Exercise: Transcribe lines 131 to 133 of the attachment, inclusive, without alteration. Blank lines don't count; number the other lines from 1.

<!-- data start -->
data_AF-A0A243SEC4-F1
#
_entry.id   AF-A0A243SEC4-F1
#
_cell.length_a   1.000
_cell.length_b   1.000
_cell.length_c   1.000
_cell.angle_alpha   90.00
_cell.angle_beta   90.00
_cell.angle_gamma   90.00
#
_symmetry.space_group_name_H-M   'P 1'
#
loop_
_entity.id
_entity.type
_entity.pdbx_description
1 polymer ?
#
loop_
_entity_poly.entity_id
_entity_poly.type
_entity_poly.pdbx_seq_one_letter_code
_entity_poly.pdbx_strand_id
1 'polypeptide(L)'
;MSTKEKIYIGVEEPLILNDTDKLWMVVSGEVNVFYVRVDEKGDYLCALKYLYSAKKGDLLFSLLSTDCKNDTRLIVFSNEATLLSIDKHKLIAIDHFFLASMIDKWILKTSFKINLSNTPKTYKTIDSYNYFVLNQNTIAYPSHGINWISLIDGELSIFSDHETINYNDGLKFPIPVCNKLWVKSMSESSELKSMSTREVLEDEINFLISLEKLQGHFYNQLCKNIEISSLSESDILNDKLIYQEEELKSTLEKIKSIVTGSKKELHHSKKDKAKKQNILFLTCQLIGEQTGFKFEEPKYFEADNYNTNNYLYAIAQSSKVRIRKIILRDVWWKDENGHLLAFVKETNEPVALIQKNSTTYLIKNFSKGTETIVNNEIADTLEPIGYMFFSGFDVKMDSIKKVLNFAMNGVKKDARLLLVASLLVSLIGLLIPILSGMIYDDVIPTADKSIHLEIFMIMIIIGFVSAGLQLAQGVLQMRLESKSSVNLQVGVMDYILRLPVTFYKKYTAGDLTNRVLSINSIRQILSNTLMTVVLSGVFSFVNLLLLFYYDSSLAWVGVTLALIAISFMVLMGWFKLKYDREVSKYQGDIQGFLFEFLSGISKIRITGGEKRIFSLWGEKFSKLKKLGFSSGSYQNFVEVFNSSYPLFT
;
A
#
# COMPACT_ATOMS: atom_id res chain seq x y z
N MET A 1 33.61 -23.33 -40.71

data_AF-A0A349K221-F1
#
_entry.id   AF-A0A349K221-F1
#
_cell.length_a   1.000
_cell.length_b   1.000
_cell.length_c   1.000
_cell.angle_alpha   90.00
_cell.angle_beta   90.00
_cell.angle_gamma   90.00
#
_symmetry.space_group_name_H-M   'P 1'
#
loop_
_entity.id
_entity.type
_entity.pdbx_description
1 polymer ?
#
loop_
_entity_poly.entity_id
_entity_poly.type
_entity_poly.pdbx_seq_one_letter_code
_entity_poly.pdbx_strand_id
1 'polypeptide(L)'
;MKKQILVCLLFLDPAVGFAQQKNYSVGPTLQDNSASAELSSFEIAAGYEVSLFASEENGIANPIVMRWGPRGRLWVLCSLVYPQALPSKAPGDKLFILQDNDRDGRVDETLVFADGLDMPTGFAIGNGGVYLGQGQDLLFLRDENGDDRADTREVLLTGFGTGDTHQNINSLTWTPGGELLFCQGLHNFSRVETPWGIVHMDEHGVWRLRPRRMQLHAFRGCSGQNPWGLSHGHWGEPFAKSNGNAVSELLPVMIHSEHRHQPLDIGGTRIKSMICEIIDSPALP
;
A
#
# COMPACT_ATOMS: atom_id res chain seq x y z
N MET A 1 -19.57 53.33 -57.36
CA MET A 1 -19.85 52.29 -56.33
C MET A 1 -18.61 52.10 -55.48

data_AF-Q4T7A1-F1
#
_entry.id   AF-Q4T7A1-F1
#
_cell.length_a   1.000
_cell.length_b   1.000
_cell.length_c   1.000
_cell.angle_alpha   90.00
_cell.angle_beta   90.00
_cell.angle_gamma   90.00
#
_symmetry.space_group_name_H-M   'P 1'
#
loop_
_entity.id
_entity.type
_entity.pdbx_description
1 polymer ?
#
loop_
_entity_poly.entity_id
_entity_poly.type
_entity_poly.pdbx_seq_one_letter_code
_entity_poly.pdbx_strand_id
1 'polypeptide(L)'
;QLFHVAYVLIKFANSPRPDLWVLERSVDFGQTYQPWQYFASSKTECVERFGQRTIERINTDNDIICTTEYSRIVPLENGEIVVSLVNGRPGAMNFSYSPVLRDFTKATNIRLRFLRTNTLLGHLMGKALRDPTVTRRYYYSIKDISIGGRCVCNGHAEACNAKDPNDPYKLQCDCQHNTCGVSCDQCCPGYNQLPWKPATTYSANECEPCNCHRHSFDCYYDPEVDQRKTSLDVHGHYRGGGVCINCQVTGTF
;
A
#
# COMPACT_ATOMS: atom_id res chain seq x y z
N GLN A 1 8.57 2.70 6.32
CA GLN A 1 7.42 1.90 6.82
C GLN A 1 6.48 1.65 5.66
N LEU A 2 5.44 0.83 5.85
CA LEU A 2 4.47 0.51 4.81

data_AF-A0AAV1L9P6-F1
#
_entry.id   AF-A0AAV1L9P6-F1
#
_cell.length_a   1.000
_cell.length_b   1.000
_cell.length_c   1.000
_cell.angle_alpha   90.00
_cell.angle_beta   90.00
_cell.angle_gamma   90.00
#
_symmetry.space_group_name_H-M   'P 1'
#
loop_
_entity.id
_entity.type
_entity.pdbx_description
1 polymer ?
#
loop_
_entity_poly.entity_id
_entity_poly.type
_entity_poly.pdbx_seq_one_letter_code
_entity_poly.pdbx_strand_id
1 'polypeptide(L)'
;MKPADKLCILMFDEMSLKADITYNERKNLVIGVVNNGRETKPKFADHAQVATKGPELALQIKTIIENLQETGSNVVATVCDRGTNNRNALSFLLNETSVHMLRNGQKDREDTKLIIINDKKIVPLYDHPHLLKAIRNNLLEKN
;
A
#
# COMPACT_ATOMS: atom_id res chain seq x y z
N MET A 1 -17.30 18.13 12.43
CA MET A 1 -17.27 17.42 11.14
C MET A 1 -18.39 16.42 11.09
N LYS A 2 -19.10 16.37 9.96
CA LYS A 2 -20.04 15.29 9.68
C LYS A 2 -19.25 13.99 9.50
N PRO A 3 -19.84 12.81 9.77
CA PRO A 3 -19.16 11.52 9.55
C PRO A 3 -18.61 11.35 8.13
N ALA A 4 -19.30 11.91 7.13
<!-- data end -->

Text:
CA MET A 1 -17.27 17.42 11.14
C MET A 1 -18.39 16.42 11.09
N LYS A 2 -19.10 16.37 9.96